WrestleBrainia: Arm-wrestling Using Muscle Electrical Activity Rather than Strength

Achievement date: 
2013
Outcome/accomplishment: 

WrestleBrainia 3000 (WB3000) is an engaging two-player game that utilizes electrical signals from muscles to allow users of all ages to play an arm-wrestling game where neuromuscular signal strength, instead of physical strength, determines the winner.  Participants get direct visual feedback about their muscle firing patterns and learn basic concepts about the nervous system and neural engineering.  WB3000 was developed by student researchers in a design competition judged by industry representatives at the Center for Sensorimotor Neural Engineering (CSNE), an NSF-funded Engineering Research Center (ERC) with headquarters at the University of Washington.

Impact/benefits: 

More than 1000 people, from elementary school children to elderly adults, played WB3000 at several large events in the first eight weeks after it debuted in February 2013.  WB3000, developed by CSNE students, has helped showcase the talents of CSNE students and raise public awareness of the potential of neural engineering to create fun games, transform the human-computer interface, and provide life-changing assistance to people suffering the devastating effects of stroke, Parkinson’s disease, and spinal cord injury.  We expect that thousands more players will try the game in the coming year.

Explanation/Background: 

WB3000 works by using surface electrodes to detect electrical signals in firing muscles (EMG). Signals from each player are recorded, amplified, and measured against a resting state baseline. Amplified and processed signals between the two players are compared to determine whose signal is stronger and thus which way to move the fuzzy pink wrestling arms. Almost everyone who plays tries harder than they thought possible and wears a huge grin when they’re done. Electrodes can be placed on any muscle group, so participants can be creative in what contests they perform. Smile contests have become a popular variation on the traditional arm-electrode-driven wrestling match.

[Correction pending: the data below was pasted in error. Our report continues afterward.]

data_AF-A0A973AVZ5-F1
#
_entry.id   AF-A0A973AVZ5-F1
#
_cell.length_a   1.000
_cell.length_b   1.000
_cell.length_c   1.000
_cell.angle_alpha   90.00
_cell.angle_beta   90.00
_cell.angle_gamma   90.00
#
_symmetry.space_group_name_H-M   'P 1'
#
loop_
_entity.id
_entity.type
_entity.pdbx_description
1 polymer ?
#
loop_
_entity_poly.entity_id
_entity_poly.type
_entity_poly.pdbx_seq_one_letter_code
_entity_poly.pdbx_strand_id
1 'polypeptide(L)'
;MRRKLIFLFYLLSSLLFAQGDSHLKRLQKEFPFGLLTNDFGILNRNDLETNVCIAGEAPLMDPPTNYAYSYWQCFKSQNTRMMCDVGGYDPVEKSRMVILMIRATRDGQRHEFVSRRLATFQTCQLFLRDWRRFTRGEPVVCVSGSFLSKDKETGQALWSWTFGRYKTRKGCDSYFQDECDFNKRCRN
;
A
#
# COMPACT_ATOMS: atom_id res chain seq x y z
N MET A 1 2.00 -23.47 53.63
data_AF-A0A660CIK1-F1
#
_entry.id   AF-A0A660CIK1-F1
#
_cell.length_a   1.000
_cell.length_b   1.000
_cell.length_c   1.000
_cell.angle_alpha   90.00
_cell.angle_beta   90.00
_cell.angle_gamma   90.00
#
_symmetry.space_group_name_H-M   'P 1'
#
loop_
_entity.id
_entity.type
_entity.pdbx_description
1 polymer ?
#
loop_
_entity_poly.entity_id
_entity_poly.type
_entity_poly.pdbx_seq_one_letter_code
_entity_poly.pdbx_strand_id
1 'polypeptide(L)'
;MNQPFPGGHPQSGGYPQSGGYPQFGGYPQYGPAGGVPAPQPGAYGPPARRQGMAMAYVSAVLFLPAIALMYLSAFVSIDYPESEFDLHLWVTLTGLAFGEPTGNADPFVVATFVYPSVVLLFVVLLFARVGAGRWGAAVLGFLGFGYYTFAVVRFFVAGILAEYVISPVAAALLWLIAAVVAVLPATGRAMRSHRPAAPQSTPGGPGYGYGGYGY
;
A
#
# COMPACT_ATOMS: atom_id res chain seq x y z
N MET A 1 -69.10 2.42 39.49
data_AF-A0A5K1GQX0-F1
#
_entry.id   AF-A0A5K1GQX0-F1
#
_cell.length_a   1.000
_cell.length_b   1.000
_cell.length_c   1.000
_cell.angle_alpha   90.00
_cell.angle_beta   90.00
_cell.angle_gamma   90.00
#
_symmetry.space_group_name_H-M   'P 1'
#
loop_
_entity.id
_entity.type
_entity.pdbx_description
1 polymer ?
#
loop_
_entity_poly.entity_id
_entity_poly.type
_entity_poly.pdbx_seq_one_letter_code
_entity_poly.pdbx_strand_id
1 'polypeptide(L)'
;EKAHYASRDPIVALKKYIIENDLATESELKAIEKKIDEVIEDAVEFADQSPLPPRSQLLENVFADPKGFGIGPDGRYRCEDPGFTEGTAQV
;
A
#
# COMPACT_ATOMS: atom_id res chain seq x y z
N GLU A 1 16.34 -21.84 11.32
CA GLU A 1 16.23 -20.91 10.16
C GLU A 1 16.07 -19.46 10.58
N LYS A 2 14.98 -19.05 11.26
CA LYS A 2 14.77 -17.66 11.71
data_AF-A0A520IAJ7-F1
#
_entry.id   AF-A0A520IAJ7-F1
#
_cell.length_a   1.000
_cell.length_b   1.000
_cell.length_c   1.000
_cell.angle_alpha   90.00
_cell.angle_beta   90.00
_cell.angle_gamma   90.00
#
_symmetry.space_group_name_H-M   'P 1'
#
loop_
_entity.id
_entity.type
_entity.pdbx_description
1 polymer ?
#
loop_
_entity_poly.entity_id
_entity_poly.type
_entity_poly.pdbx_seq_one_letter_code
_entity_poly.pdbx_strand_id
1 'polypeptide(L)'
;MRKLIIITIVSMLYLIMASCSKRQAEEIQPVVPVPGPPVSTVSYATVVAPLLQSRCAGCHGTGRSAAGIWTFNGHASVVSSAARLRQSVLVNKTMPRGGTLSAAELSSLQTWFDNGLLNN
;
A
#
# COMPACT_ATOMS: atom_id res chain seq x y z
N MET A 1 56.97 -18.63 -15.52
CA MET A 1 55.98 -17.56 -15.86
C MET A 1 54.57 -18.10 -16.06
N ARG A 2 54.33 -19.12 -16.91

Since EMG signals depend less on total muscle size than on skin conductance, muscle fiber recruitment, and effort over baseline, smaller and weaker players can compete with larger, stronger players.  This means that kids can beat grownups, non-athletes can beat jocks, and anyone who tries hard has a decent chance to win.  There are some tricks about contracting and relaxing muscles that can give you an advantage, but you’ll have to play to figure them out!  WB3000 seems to tap into everyone’s grade-school fantasy of being stronger than bigger classmates, siblings, or adults.